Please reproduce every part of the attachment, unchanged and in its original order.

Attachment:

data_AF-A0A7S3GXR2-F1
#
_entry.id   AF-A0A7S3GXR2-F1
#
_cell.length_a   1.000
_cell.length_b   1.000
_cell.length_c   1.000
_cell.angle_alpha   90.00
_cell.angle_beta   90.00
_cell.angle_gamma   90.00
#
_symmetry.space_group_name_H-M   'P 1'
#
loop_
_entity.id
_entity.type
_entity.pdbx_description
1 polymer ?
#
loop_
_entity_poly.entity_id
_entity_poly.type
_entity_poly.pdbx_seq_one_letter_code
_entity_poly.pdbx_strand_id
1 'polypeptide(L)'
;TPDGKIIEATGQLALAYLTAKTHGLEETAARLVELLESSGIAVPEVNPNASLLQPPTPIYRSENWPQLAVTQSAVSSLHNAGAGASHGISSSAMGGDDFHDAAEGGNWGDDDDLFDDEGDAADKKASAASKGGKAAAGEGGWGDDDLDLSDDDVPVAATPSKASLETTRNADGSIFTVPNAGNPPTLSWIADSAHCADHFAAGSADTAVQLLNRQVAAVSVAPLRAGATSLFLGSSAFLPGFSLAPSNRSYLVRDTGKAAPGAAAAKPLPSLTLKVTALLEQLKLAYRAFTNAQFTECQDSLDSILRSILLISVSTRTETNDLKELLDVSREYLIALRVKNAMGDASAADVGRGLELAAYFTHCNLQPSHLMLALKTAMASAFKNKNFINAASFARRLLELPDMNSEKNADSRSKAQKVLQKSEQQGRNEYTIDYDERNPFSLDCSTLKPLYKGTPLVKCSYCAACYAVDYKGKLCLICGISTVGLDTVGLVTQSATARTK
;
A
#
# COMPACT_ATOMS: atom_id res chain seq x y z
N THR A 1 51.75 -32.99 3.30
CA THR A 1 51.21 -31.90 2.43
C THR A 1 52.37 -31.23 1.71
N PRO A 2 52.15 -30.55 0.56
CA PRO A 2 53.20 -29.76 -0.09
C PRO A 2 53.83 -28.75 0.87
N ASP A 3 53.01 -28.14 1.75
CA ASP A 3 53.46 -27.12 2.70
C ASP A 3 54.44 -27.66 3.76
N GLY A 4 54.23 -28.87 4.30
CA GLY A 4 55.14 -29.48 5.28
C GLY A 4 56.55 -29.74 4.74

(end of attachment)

data_AF-A0A7S3GXR2-F1
#
_entry.id   AF-A0A7S3GXR2-F1
#
_cell.length_a   1.000
_cell.length_b   1.000
_cell.length_c   1.000
_cell.angle_alpha   90.00
_cell.angle_beta   90.00
_cell.angle_gamma   90.00
#
_symmetry.space_group_name_H-M   'P 1'
#
loop_
_entity.id
_entity.type
_entity.pdbx_description
1 polymer ?
#
loop_
_entity_poly.entity_id
_entity_poly.type
_entity_poly.pdbx_seq_one_letter_code
_entity_poly.pdbx_strand_id
1 'polypeptide(L)'
;TPDGKIIEATGQLALAYLTAKTHGLEETAARLVELLESSGIAVPEVNPNASLLQPPTPIYRSENWPQLAVTQSAVSSLHNAGAGASHGISSSAMGGDDFHDAAEGGNWGDDDDLFDDEGDAADKKASAASKGGKAAAGEGGWGDDDLDLSDDDVPVAATPSKASLETTRNADGSIFTVPNAGNPPTLSWIADSAHCADHFAAGSADTAVQLLNRQVAAVSVAPLRAGATSLFLGSSAFLPGFSLAPSNRSYLVRDTGKAAPGAAAAKPLPSLTLKVTALLEQLKLAYRAFTNAQFTECQDSLDSILRSILLISVSTRTETNDLKELLDVSREYLIALRVKNAMGDASAADVGRGLELAAYFTHCNLQPSHLMLALKTAMASAFKNKNFINAASFARRLLELPDMNSEKNADSRSKAQKVLQKSEQQGRNEYTIDYDERNPFSLDCSTLKPLYKGTPLVKCSYCAACYAVDYKGKLCLICGISTVGLDTVGLVTQSATARTK
;
A
#
# COMPACT_ATOMS: atom_id res chain seq x y z
N THR A 1 51.75 -32.99 3.30
CA THR A 1 51.21 -31.90 2.43
C THR A 1 52.37 -31.23 1.71
N PRO A 2 52.15 -30.55 0.56
CA PRO A 2 53.20 -29.76 -0.09
C PRO A 2 53.83 -28.75 0.87
N ASP A 3 53.01 -28.14 1.75
CA ASP A 3 53.46 -27.12 2.70
C ASP A 3 54.44 -27.66 3.76
N GLY A 4 54.23 -28.87 4.30
CA GLY A 4 55.14 -29.48 5.28
C GLY A 4 56.55 -29.74 4.74